PARIS (Reuters) - France’s third largest trade union on Wednesday rejected an appeal from the far-left CGT union to join nationwide protests next month against government steps to loosen labour market regulations.
In a potential boost for the government, the head of the Force Ouvriere (FO) union told Les Echos newspaper on Wednesday that his union would not join the CGT, France’s second biggest union, in its protest on Sept. 12.
Jean-Claude Mailly voiced satisfaction that the government had held extensive consultations with union leaders over the planned reforms, which will shift collective bargaining to the company level and make it easier to hire and fire staff.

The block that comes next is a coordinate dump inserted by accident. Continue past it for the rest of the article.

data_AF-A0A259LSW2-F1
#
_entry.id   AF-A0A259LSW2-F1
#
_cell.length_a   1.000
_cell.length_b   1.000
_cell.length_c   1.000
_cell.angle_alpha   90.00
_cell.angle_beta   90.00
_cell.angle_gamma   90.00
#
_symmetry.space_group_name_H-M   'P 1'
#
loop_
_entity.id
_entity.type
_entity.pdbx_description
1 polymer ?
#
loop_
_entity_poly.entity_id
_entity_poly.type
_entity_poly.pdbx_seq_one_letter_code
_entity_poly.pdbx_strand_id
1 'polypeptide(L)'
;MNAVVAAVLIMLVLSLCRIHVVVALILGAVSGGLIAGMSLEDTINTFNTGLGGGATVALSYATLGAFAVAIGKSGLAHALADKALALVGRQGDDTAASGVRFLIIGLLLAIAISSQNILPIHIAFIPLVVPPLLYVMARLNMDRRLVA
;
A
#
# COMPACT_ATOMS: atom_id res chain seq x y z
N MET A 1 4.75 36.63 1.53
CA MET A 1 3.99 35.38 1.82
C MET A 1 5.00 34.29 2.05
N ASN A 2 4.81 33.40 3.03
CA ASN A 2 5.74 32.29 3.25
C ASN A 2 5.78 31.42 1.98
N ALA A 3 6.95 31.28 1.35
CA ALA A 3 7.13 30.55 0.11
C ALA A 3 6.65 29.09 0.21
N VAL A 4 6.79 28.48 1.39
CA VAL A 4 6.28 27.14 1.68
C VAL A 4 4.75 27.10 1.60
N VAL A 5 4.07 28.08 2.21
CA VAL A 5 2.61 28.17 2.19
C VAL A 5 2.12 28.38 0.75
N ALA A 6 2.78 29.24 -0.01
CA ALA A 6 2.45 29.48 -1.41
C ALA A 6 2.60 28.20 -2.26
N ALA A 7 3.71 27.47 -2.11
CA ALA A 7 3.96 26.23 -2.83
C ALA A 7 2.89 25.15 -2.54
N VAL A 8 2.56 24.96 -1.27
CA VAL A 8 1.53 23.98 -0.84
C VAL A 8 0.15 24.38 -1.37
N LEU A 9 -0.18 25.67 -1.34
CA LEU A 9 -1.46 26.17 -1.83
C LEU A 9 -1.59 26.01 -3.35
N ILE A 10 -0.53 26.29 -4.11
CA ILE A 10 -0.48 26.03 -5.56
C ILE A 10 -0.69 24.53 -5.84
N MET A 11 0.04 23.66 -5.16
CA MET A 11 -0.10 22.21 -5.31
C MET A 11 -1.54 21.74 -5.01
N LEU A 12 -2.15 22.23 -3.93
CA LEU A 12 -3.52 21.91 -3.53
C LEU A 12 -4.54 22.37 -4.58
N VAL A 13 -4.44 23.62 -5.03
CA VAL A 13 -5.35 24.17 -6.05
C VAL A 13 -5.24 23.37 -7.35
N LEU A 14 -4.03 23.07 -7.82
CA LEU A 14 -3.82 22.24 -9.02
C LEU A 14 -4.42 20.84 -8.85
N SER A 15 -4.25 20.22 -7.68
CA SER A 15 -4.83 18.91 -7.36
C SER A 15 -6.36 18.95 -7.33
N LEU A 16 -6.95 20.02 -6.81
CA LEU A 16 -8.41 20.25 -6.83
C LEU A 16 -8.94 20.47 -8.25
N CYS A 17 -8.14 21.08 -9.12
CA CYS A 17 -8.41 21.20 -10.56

It marks a shift in stance for a union that last year joined the CGT in a wave of street demonstrations over several months that forced the then-Socialist government to dilute its own labour reforms. Ultimately though, the unions failed to halt the process.
The FO’s decision also left the CGT looking isolated among the leading unions. The moderate CFDT union has so far shown little appetite for protests against centrist President Emmanuel Macron’s reform campaign.
The government will unveil full details on the labour reform on Thursday before pushing the bill through by decree after winning parliament’s support for such a move.
The labour reforms are seen as a bellweather for Macron’s ability to secure his wider economic and social reform agenda despite his declining popularity and threats of unrest.
A BVA poll on Wednesday found 55 percent of people in France held a negative opinion of Macron, echoing other surveys.
(This version of the story has been refiled to fix garble in penultimate paragraph)
Reporting by Emmanuel Jarry; Writing by Sudip Kar-Gupta; Editing by Richard Lough/Mark Heinrich